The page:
Pan's Labyrinth (2006)

Speaking of inventive, but in a much darker vein. It's hard to believe that a movie set during the days of fascist Spain in which the main character, a young girl, dies (after a fashion) can be so enjoyable. That's largely down to Guillermo del Toro's amazing visual style, but that doesn't really mean anything without a story and compelling characters to back it up. I'm very glad I actually got to see this in the theater, in addition to repeated viewings on DVD.

The Prestige (2006)

I won't argue that The Prestige is especially profound, like Eternal Sunshine . . ., or a unique visual treat, like Pan's . . ., but, damn, it was the most entertaining thing I saw in a theater this decade. A tale of deadly oneupsmanship between a pair of Victorian magicians, it really did keep you guessing up until the end. Or it kept me guessing, at any rate. One of the few DVDs I've purchased that's devoid of any real bonus material - it's that good.

United 93 (2006)

9/11 was the defining event of the decades, to be sure, and will be the "where were you when" moment for my generation. It was inevitable that movies would be made about the event and the people involved, but it was far from certain that they would be any good. Paul Greengrass succeeded in this flick by keeping it completely straight, simply telling the story of the "fourth plane", which crashed in Pennsylvania after passengers, alerted to what was going on by loved ones, stormed the cockpit. The moments before that occurs, when those on the plan make last calls to their friends and families is one of the most moving things I've ever seen. United 93 hurts so much because it's not been pumped up with Hollywood gimmicks. Sadly, there was simply no need.

The Lives of Others (2006)

Eavesdroppers, by definition, are a sleazy bunch. Those who hang around to catch bits of gossip are bad enough. Those who do it systematically for the government are on whole other level, though. Which is why a movie about one of them, working for one of the most oppressive states ever, is so fascinating. As much evil as Gerd does for the Stasi, he is not, deep down inside, a bad person. If he was, his job would be easier and wouldn't bleed over into the rest of his life. That's the story - how the listening impacts the listener. Made a great double bill with The Conversation when I saw them a couple of years ago.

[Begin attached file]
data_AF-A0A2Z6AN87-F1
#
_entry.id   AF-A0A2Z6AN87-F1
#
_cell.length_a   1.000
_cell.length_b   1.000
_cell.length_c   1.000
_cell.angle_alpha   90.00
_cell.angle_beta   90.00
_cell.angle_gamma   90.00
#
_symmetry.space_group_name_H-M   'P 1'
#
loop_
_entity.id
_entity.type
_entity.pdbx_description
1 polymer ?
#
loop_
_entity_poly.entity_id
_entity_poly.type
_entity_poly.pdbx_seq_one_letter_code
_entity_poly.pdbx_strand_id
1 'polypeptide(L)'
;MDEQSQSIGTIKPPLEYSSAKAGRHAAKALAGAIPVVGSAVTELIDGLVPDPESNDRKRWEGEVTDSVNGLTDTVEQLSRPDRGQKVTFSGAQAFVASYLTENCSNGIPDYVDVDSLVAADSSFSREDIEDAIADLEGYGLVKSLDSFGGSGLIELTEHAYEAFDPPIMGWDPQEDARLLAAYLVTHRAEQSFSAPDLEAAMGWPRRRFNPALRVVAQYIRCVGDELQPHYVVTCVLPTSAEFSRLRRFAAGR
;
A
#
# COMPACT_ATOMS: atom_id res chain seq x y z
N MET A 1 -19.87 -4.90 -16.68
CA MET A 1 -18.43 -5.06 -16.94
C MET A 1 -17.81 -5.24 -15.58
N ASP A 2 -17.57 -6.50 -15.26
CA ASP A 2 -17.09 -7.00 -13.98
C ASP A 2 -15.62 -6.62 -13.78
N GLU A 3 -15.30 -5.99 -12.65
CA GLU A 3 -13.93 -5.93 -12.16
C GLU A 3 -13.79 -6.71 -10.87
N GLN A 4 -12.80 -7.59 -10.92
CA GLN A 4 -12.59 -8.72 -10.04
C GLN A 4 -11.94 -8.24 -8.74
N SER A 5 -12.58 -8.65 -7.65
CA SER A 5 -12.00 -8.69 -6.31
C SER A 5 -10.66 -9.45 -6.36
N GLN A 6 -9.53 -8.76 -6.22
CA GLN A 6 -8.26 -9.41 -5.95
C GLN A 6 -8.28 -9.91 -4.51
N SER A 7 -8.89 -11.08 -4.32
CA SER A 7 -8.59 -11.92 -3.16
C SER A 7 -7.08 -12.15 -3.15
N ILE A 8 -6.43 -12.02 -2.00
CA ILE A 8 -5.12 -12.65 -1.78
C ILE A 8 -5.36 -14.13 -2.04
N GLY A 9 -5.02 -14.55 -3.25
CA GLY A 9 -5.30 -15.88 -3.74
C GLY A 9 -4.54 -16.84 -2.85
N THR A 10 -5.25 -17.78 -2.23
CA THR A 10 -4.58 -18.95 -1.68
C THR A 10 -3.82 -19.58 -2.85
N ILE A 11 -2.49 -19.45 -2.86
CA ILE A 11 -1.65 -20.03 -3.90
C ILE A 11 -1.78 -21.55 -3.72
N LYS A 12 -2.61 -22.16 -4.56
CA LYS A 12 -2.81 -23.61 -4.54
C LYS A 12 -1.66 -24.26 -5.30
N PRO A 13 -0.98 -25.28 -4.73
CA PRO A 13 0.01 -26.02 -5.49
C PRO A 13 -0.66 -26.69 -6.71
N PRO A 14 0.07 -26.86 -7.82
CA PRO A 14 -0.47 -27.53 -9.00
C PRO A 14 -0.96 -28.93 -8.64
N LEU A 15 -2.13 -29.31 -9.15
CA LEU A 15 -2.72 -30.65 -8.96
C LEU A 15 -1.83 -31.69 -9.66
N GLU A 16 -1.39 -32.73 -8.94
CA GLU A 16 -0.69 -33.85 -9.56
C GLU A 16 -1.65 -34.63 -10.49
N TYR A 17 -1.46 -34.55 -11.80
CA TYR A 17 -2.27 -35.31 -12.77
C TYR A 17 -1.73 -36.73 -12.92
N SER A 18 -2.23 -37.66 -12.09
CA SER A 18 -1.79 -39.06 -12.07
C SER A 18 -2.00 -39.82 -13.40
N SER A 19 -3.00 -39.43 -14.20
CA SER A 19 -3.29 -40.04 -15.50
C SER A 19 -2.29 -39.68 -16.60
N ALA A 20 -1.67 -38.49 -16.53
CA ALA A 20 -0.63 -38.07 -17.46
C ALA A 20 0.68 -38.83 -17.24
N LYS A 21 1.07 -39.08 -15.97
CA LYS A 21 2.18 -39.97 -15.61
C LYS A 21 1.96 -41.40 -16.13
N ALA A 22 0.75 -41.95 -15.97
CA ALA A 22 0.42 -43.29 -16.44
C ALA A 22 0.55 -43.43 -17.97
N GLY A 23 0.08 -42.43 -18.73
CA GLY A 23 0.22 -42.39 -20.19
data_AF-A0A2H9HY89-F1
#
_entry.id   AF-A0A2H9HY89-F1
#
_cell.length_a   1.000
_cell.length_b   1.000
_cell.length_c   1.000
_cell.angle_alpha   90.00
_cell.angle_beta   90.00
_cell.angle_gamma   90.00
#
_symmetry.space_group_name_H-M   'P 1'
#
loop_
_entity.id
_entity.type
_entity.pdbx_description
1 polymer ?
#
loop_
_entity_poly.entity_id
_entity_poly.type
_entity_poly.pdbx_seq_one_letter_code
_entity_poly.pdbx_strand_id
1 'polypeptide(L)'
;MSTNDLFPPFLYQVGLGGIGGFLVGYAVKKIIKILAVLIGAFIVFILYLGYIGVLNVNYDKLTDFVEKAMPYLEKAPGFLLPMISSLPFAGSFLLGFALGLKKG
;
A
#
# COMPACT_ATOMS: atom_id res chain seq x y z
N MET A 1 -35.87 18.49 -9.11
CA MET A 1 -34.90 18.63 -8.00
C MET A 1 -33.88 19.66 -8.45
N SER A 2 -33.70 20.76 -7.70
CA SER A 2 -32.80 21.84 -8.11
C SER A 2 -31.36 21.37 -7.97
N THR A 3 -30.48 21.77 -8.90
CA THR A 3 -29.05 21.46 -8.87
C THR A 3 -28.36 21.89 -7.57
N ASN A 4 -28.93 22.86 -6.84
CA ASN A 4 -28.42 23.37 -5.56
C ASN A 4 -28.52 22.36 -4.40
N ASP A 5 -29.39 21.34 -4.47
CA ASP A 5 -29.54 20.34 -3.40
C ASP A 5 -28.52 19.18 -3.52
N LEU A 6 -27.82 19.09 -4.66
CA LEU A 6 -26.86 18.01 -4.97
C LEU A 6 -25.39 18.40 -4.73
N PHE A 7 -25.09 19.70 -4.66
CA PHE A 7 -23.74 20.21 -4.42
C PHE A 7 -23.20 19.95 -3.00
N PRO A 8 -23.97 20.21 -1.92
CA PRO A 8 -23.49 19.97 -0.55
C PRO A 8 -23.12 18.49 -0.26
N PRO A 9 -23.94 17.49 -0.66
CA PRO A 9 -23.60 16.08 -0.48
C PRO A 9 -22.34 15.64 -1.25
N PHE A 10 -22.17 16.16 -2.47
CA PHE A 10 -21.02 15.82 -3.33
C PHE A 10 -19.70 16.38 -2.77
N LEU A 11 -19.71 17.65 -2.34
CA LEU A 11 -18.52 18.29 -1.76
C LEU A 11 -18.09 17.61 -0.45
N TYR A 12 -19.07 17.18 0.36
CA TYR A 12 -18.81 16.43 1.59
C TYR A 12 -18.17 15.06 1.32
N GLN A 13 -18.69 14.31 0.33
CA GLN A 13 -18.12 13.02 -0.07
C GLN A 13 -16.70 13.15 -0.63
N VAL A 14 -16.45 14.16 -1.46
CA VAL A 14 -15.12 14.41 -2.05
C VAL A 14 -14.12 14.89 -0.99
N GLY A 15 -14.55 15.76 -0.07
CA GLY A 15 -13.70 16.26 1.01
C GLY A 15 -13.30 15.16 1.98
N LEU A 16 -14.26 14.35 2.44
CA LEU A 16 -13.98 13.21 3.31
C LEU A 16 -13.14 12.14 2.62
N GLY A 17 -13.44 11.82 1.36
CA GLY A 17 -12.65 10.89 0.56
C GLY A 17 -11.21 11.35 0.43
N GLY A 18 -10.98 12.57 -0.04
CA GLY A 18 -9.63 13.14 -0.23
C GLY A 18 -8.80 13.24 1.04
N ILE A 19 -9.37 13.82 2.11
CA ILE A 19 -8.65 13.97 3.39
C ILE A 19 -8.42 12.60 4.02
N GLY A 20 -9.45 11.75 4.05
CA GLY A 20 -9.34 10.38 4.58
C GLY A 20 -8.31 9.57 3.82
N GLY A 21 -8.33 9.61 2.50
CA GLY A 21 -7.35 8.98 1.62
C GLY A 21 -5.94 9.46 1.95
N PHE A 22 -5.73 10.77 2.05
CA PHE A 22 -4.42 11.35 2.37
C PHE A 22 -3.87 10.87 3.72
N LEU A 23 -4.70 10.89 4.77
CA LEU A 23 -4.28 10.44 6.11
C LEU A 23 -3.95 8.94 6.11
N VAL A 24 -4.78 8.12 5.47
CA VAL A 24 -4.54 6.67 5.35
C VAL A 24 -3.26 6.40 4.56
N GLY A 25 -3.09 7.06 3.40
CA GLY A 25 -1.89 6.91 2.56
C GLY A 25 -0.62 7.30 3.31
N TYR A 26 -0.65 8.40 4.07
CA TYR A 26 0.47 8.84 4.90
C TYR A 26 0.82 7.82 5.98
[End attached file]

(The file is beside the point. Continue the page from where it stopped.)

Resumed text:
4 Months, 3 Weeks, and 2 Days (2007)

Black markets exist because the law can never really keep human beings from acting on their desires and needs. We have a robust black market for drugs in this country. The fact that it's illegal to sell or possess them doesn't make it go away. So to with abortion, in the pre-Roe days. That truth lurked in my mind all the way through this flick, about a woman who helps her friend obtain a black market abortion in Ceausescu's Romania. The plot make the film interesting, intellectually. What makes it excellent and emotionally robust is the attention to detail and the finely worked performances of all involved.

Man on Wire (2008)

Before the Twin Towers were symbols of horrific crime, they were symbols of progress, innovation, and wonder. It's those earlier impressions that caught the eye of Phillipe Petit, a French acrobat who saw a picture of the rising towers in a magazine in his dentist's office in 1968. He hatched deviously simple idea that required a complex scheme to pull off - stretch a high wire between the two towers and walk it. Man on Wire is the story of that scheme - the "artistic crime of the century" according to some - told with lots of enthusiasm by Petit himself. A great documentary in its own right, but also a wonderful reminder that the WTC will always be more than the sight of the nation's greatest crime.

There you have it. Update your Netflix queues as warranted!


aa said...


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Those were really fabulous movies. I have watched one of those and they are entertaining. In fact one of the featured movies there was watched for how many times. And indeed the characters acted so well.

Marie Smith said...

Those were really fabulous movies.